Dropping your dog off at camp for the first time can be daunting; some clients compare it to dropping a child off at their first day of preschool. Dog day cares are popping up all over the country and, as they become more numerous, choosing the right one for your dog may seem difficult. If you do your research, finding the right day care for your dog can be a process that is fun for both you and your pup.

Before taking your dog to any day care facility, be prepared to make phone calls and ask plenty of questions (be ready to answer a few questions, too). Always ask if you can take a tour of the facility. If they don't allow tours, don't do business with them. If they do allow tours, follow up and take one! Make sure you are comfortable with the facility, as well as their policies and procedures before leaving your pup in their care. Does the facility look clean? Smell clean? Do the other dogs look happy and healthy? If those basics have been met, move on to some basic questions.

Most dogs enjoy a nap or three so make sure your dog will be allowed to rest if he is tired and that he will always have access to water. Make sure their hours of operation are compatible with your schedule and ask about pick-up and drop-off times. A great day care will allow you to stop in any time during the day to drop off, pick up, or just have a surprise visit (this should give you some confidence that they have nothing to hide and they treat the dogs the same whether you are there or not). Lots of facilities are installing web cameras so you can check in on your dog at anytime during the day. Web cameras aren't just a cute gimmick, either - if you can check on your dog, you can also check on the employees that are caring for your dog. Ask what their staffing ratios are (how many dogs to each staff member - hint: they should be about the same as a child day care), how they discipline the dogs, what they do to prevent dog fights, end a fight if it starts, and what they do in case of an emergency. Ask how they train their employees and if they require any special knowledge of their employees. Whether they require extensive training on pet CPR, dog behavior, have a certification program for their employees, all of the above, or none of the above, make sure you are comfortable with the staff at the day care you choose and that they are comfortable with the dogs.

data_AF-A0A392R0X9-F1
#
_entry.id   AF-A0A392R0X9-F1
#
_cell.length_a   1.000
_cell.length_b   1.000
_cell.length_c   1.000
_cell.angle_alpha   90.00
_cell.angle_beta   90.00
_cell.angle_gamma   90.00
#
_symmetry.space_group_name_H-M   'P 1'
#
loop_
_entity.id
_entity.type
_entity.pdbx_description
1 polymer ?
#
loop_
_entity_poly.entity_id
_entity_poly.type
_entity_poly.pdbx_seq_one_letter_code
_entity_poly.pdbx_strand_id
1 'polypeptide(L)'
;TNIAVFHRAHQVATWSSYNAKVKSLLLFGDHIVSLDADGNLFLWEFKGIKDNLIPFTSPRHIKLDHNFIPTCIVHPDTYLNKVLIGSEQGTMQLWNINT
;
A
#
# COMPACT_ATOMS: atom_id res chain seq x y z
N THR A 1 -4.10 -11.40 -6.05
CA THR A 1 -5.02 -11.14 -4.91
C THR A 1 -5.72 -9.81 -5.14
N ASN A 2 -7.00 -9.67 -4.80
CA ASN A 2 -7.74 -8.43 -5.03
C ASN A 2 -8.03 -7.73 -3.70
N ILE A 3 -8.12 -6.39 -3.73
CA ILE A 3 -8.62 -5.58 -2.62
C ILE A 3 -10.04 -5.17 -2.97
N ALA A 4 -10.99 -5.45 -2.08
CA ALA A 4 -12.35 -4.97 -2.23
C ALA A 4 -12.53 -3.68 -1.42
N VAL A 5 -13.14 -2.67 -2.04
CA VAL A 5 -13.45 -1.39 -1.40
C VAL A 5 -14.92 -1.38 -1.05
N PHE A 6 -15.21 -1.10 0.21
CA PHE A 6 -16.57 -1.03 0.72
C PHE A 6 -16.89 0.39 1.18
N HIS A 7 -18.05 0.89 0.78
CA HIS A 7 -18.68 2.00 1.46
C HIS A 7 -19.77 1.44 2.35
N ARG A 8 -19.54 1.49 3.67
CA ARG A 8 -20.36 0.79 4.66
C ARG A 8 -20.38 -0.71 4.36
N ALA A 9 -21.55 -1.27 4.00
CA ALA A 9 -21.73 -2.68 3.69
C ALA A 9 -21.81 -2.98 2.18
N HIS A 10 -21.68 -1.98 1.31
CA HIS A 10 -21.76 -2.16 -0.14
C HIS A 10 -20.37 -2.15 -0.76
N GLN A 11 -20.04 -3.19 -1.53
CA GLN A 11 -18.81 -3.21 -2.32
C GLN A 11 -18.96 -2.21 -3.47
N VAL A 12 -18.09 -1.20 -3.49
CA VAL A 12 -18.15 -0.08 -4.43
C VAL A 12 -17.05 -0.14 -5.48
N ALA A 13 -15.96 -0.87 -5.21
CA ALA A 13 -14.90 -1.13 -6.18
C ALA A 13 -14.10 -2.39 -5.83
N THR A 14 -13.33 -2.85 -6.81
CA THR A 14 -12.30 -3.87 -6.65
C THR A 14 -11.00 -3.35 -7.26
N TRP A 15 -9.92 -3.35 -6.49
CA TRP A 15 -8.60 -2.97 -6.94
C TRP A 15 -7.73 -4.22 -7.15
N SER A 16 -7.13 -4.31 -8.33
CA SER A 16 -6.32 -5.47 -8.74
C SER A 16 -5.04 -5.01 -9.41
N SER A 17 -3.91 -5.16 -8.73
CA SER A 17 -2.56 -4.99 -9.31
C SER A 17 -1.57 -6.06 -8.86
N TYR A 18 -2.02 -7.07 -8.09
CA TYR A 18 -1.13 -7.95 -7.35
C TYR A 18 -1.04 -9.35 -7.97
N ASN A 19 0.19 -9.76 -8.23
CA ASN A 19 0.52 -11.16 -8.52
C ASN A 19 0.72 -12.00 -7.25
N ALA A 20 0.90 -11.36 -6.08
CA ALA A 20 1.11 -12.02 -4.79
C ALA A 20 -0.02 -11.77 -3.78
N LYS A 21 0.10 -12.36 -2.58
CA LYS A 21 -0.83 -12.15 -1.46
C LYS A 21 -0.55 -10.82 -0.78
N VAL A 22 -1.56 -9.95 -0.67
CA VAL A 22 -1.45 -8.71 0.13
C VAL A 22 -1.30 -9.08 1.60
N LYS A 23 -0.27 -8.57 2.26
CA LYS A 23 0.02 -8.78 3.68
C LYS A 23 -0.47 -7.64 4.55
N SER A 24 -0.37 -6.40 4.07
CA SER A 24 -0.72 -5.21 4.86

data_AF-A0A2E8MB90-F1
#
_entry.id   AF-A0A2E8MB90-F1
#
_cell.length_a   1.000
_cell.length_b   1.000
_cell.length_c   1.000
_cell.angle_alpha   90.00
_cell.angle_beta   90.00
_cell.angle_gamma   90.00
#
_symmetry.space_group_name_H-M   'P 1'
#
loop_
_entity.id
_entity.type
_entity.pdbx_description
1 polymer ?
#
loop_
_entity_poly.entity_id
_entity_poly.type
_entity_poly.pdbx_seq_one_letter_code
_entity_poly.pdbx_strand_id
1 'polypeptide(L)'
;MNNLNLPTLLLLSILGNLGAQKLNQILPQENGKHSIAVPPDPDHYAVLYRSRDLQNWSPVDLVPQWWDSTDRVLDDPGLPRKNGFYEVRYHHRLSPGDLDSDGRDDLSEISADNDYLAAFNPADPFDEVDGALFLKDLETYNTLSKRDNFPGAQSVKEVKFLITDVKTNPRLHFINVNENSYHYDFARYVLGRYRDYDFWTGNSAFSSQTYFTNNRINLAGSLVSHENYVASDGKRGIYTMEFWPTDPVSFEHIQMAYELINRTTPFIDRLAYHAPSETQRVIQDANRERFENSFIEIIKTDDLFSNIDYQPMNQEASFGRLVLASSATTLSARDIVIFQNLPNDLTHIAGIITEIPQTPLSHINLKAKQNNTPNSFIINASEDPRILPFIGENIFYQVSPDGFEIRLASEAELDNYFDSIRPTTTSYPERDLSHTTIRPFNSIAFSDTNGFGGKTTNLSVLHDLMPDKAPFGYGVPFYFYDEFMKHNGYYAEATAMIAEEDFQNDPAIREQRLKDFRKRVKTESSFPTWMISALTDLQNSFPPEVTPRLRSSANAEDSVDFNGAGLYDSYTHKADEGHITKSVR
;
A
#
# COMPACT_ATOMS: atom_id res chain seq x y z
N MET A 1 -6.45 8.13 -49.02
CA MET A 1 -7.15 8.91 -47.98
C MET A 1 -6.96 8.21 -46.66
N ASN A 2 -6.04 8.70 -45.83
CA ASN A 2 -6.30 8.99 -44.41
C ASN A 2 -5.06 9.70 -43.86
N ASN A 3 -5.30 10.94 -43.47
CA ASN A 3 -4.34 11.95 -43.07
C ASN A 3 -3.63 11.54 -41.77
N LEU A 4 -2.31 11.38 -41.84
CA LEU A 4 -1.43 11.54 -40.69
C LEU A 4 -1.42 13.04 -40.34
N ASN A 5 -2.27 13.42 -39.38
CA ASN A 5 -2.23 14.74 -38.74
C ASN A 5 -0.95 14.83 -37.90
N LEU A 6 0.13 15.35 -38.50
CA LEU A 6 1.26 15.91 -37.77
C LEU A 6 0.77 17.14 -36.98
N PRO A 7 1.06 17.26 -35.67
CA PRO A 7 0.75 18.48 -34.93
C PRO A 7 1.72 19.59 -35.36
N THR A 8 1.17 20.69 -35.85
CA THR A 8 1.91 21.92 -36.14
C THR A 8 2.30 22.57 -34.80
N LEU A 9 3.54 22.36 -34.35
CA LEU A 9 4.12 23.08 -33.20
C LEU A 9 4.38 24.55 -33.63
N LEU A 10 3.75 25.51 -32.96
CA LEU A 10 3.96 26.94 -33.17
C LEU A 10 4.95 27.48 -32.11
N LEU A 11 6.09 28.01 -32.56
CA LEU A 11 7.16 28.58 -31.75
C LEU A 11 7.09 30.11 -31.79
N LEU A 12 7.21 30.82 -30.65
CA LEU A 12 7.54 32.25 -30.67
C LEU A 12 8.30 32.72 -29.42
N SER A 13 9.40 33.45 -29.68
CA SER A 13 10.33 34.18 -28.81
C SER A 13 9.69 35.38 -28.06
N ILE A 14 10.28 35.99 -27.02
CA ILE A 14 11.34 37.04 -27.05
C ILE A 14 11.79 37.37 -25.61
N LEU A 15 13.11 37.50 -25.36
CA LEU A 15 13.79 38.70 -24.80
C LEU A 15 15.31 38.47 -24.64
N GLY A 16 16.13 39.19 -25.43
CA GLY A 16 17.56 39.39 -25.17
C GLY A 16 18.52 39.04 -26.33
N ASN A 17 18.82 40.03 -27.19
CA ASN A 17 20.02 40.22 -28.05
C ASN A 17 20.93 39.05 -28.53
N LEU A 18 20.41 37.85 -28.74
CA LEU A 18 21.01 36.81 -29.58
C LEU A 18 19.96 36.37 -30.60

Be aware that anytime dogs are socializing, there are risks involved, and make sure that the day care you choose is also aware of these risks. Any day care that isn't prepared for a dog fight or tries to tell you that they don't (and won't ever) happen at their facility should be looked at as suspect. In the course of normal, non-aggressive play a dog can become injured - minor scratches, scrapes, and the occasional missing bit of hair is to be expected - make sure that the day care staff is prepared to deal with the minor injuries as well as the major ones and that they will inform you of any injury to your dog, no matter how minor, that may occur while he is in their care. If you have a dog with an illness such as diabetes or epilepsy, a reoccurring injury, or other special need, make sure you inform the staff of this need and that they are set up to deal with your dog's unique requirements.